Do you remember your Canadian Lit class? Do you remember reading endless poems about mountains and rivers and trees and the wild, untamed west until you were really glad that cities were taking over the landscape? Apparently, no one told Jon Sookocheff that poetry about western Canada is supposed to be boring and dense.
In Five Days Ago West, Sookocheff tells us traveller’s tales through free-form, unpunctuated verse. His words fall onto the page thought-by-thought and oddly disjointed, but their rhythm is steady and hypnotic. The language itself moves from the stark and simple to the ornate and back again. Sookocheff also has an intriguing habit of leaving a line incomplete, forcing the reader to complete it, gently demanding audience participation. It’s a hook that works because he does not overuse it. The charm of the scenes he chooses is that while they often focus on the land and its people and even political turmoil, he is just as likely to be distracted by something small and trivial. This makes far more immediate and interesting poetry. The poems that tell of the journey home perfectly illustrate the sense of displacement someone can have when seeing their own town with new eyes.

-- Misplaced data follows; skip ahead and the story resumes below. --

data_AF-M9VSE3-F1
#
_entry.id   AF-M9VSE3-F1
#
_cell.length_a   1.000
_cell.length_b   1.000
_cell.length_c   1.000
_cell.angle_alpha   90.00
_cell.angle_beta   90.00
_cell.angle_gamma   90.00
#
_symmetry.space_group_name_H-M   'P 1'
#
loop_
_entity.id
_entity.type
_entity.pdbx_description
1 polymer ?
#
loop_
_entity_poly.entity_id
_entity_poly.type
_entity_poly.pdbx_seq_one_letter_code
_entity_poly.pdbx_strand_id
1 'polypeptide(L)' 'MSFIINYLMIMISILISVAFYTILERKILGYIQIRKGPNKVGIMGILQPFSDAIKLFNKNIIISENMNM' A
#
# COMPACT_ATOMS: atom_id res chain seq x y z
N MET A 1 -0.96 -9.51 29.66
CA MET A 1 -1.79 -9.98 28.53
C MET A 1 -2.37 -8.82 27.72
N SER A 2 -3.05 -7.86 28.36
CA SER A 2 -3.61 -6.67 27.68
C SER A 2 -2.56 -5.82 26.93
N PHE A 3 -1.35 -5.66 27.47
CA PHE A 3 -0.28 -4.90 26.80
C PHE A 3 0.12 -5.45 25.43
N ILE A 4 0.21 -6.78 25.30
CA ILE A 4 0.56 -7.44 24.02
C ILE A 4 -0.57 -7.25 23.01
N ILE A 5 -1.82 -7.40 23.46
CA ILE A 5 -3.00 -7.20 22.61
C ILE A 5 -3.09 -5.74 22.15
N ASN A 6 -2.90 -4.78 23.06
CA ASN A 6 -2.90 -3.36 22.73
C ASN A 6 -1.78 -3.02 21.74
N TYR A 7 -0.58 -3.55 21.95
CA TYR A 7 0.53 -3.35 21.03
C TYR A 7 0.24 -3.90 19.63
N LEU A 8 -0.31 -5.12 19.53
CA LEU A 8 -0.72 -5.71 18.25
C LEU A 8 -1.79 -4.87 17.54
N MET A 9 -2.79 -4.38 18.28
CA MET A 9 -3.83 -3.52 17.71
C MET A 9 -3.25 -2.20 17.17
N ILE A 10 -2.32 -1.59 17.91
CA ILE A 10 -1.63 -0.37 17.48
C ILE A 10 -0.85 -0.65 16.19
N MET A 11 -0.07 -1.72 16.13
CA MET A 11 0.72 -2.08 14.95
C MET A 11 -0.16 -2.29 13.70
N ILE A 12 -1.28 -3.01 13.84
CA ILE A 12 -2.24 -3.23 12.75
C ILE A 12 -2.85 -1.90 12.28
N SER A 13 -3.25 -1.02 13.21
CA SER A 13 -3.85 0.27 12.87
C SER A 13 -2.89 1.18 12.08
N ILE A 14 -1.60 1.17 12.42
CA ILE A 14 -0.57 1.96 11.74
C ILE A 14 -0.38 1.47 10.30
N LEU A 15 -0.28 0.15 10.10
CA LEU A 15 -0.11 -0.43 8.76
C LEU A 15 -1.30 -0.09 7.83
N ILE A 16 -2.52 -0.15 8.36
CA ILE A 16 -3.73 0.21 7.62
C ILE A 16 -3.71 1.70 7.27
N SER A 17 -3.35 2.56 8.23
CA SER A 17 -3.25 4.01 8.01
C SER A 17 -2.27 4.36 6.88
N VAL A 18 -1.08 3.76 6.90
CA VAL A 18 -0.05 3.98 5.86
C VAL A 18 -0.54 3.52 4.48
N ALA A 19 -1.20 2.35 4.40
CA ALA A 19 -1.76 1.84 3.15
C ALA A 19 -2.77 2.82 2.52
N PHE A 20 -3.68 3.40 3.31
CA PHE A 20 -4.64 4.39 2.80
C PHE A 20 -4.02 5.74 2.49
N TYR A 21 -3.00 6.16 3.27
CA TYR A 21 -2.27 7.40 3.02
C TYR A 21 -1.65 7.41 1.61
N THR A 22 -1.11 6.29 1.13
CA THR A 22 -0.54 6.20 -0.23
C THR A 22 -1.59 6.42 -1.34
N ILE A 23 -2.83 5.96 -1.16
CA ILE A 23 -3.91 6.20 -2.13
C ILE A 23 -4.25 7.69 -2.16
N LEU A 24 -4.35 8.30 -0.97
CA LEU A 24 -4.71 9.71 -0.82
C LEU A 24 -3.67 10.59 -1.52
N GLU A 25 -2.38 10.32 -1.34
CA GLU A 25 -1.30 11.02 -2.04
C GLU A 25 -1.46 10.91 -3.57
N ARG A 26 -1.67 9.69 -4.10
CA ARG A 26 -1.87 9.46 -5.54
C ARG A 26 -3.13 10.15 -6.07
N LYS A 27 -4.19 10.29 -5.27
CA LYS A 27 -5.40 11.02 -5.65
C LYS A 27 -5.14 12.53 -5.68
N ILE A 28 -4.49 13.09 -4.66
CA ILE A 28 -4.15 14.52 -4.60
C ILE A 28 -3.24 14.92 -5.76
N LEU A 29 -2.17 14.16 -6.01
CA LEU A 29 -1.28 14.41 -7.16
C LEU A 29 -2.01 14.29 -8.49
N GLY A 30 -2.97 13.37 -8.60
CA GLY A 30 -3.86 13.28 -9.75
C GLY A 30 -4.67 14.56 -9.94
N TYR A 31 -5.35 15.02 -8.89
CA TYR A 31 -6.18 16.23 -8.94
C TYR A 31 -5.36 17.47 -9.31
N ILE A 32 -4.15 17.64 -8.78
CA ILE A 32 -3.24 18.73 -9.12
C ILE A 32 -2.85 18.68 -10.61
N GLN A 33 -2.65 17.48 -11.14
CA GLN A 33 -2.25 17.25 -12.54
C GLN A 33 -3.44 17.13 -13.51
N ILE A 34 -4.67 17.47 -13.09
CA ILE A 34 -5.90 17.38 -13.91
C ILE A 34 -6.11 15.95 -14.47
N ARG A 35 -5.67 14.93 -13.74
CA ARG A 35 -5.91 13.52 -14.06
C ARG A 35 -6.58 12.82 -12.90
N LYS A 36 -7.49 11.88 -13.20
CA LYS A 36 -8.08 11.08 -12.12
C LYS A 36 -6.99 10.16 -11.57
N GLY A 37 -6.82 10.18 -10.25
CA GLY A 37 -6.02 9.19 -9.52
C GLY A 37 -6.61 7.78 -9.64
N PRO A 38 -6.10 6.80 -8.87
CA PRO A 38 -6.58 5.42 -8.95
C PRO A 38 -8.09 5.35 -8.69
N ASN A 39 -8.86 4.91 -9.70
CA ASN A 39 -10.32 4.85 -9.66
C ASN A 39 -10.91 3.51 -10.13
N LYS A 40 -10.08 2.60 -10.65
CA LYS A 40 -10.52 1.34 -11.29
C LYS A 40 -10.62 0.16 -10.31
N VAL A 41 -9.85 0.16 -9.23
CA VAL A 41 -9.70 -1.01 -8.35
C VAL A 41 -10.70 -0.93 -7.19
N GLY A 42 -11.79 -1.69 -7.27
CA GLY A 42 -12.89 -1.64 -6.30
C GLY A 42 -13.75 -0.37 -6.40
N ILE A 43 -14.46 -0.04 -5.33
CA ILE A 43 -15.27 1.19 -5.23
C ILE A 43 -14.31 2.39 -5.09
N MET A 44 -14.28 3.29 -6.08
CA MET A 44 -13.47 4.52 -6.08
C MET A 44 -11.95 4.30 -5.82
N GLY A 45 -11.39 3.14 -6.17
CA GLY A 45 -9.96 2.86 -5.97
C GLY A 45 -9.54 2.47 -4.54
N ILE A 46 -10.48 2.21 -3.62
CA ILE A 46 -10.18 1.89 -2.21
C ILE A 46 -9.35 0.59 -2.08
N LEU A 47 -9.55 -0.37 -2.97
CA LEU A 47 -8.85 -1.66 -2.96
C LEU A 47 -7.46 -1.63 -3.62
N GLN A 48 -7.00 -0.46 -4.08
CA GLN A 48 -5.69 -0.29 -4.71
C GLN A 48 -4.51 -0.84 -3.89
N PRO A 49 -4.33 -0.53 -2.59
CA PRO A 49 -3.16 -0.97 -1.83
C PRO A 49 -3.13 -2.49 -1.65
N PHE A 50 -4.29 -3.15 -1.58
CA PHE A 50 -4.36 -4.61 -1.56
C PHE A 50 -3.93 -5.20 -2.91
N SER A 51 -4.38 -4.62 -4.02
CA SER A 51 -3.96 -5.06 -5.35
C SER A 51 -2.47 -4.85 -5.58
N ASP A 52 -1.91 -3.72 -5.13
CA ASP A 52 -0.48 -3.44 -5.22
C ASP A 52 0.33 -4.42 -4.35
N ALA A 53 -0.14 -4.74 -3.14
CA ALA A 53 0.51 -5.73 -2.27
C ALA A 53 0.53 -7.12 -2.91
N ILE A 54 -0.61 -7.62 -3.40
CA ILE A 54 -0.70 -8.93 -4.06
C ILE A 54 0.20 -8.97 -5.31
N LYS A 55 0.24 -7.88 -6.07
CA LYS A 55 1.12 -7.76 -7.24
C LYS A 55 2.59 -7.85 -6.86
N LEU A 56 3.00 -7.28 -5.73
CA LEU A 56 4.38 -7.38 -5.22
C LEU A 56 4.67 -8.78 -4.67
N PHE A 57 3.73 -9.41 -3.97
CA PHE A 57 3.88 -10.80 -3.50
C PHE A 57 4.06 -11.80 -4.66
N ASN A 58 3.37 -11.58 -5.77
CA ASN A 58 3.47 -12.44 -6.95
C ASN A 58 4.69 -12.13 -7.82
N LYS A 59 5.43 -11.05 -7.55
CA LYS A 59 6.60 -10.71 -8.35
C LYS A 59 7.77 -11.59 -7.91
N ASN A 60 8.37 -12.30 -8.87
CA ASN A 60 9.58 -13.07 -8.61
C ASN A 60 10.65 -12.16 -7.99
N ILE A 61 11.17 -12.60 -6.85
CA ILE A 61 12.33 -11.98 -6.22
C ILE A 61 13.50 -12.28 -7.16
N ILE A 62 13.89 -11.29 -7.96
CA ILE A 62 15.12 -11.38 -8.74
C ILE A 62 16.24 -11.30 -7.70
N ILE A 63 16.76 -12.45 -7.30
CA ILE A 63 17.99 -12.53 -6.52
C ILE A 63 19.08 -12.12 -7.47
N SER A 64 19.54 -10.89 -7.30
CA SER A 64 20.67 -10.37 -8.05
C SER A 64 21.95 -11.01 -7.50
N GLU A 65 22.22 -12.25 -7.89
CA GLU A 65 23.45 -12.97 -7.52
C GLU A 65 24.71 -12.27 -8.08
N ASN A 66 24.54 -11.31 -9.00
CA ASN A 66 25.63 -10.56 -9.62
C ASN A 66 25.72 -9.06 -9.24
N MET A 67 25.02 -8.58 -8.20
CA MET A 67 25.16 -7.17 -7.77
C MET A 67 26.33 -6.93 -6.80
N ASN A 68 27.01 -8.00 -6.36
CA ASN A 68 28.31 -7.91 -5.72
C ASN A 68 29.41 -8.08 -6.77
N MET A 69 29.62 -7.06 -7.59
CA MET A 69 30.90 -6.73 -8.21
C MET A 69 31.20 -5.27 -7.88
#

While many free-form poetry collections seem random and haphazard, this one definitely gives us a sense of the journey taken and is unified in its themes. In a brilliant literary choice, a butterfly often appears in the middle of a thought or scene, like another character, or the ghost of one. It’s a haunting image, and a neat way to tie up a collection that should not be missed, even if you still sometimes lose sleep over those Lit classes. (J. Blackmore)
Poetry Zine, Jon Sookocheff, $3 + Postage, 6-205 4th St W, Cornwall, ON, K6J 2R9, email@example.com